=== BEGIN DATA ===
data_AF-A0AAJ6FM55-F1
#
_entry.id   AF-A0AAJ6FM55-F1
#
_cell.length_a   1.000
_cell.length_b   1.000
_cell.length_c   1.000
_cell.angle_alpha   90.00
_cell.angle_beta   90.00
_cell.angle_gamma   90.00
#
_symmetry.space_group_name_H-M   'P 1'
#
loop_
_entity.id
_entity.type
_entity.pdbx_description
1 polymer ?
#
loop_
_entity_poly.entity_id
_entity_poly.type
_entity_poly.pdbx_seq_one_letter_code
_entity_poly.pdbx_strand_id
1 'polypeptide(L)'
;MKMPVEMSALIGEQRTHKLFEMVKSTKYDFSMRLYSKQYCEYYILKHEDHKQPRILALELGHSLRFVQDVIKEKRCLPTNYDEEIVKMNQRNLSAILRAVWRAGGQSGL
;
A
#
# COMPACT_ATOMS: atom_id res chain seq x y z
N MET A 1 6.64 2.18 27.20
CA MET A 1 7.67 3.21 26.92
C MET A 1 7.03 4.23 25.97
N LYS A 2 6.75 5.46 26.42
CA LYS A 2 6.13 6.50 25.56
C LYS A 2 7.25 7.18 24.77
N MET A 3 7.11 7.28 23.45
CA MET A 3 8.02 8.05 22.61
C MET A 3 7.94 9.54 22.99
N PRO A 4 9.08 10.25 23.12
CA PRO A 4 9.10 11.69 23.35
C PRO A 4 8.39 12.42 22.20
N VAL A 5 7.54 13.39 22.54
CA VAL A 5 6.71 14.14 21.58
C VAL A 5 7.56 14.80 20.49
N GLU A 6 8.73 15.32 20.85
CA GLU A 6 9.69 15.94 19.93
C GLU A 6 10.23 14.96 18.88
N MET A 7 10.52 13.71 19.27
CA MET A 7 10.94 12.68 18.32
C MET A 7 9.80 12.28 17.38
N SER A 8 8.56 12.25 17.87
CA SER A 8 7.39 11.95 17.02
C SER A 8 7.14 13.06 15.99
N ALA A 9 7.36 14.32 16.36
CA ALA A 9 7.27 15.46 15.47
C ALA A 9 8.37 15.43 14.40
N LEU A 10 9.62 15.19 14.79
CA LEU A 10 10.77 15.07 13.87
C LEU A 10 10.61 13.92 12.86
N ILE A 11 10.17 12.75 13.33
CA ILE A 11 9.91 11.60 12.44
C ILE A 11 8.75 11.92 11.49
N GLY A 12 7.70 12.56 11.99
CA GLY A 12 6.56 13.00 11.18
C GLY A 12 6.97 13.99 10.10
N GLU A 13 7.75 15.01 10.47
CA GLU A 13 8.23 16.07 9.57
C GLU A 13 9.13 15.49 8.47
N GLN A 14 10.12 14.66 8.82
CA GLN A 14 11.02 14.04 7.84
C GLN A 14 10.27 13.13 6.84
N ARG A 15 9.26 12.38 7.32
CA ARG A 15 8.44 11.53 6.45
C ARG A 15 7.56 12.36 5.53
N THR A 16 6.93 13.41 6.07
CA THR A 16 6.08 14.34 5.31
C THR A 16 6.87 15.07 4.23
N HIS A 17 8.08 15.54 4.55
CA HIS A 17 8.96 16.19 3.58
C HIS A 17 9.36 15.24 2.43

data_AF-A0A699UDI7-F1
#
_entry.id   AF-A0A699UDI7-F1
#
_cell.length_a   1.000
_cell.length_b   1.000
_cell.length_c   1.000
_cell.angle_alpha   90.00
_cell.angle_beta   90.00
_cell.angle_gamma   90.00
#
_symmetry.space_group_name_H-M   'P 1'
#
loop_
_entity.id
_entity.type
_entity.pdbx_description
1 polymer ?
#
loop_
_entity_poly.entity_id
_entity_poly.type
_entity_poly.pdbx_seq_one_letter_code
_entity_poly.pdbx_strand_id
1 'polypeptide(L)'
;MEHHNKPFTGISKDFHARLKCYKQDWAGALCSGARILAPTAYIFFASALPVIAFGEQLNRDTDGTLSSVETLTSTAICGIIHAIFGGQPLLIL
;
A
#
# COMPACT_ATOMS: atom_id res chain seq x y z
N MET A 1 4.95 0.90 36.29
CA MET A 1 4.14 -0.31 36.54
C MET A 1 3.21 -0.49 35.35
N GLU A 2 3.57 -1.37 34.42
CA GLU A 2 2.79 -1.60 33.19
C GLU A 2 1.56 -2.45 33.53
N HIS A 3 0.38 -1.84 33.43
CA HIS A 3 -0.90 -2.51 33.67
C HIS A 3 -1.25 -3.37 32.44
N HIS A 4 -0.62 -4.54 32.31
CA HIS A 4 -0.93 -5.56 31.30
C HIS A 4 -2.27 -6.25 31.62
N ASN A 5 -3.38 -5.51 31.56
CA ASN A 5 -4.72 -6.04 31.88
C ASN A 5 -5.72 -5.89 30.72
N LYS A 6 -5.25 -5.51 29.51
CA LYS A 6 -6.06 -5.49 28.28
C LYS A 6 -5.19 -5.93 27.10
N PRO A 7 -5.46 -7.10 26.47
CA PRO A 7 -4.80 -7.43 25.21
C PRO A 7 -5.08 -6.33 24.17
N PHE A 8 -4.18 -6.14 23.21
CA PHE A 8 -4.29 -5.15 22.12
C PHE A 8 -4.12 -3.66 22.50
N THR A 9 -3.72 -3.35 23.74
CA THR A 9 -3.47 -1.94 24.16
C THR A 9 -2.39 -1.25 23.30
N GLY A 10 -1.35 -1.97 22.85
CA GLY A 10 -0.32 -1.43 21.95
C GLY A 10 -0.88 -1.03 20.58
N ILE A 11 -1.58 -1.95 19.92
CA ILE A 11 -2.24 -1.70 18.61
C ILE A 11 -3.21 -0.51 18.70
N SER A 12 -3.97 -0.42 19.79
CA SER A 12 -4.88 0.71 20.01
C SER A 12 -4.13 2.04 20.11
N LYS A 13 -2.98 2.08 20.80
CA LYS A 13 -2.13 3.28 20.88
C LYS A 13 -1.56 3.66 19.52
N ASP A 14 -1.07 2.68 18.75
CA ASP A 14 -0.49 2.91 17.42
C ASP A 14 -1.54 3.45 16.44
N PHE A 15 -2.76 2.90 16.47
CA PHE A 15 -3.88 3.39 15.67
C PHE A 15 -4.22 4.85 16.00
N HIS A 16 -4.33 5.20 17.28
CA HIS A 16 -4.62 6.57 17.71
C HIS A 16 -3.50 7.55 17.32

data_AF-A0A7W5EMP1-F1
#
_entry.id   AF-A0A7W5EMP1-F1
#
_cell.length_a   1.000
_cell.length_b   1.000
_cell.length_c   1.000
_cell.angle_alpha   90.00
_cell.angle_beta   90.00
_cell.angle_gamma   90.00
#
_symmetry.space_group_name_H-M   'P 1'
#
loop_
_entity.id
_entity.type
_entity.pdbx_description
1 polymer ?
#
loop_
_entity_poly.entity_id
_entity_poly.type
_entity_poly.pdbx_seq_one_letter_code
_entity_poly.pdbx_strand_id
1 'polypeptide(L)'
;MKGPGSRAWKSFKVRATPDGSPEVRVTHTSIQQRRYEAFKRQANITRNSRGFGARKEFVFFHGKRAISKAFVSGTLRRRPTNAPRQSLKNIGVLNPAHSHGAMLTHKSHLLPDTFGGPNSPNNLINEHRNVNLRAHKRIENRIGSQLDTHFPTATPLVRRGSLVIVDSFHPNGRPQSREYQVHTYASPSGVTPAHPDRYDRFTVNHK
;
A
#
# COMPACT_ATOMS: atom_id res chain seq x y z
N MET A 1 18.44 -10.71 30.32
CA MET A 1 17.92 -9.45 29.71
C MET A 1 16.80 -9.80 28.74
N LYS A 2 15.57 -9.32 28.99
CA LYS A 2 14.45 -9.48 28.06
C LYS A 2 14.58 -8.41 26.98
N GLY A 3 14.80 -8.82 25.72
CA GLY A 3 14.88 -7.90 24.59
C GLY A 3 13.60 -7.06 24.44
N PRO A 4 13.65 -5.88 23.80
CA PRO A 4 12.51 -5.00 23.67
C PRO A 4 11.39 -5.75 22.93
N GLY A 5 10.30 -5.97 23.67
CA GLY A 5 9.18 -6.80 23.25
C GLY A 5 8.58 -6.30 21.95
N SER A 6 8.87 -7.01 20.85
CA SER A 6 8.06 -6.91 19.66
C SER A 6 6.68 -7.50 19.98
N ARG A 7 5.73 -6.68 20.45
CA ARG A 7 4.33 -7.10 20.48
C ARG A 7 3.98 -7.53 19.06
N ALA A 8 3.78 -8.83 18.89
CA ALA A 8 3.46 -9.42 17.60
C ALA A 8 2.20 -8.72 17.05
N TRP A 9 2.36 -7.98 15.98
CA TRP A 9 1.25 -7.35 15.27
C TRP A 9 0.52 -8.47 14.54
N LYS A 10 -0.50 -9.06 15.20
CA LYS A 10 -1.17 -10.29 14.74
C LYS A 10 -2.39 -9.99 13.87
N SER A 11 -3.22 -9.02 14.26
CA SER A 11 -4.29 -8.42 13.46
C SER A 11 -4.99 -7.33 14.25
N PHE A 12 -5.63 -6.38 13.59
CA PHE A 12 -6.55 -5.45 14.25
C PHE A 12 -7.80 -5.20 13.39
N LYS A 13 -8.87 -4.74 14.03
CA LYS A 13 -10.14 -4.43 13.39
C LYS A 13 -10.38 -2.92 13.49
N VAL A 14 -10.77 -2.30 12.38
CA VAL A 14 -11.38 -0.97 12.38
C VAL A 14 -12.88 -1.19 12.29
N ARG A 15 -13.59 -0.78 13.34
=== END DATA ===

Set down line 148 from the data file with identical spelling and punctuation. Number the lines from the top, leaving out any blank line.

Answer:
N LYS A 13 -2.98 2.08 20.80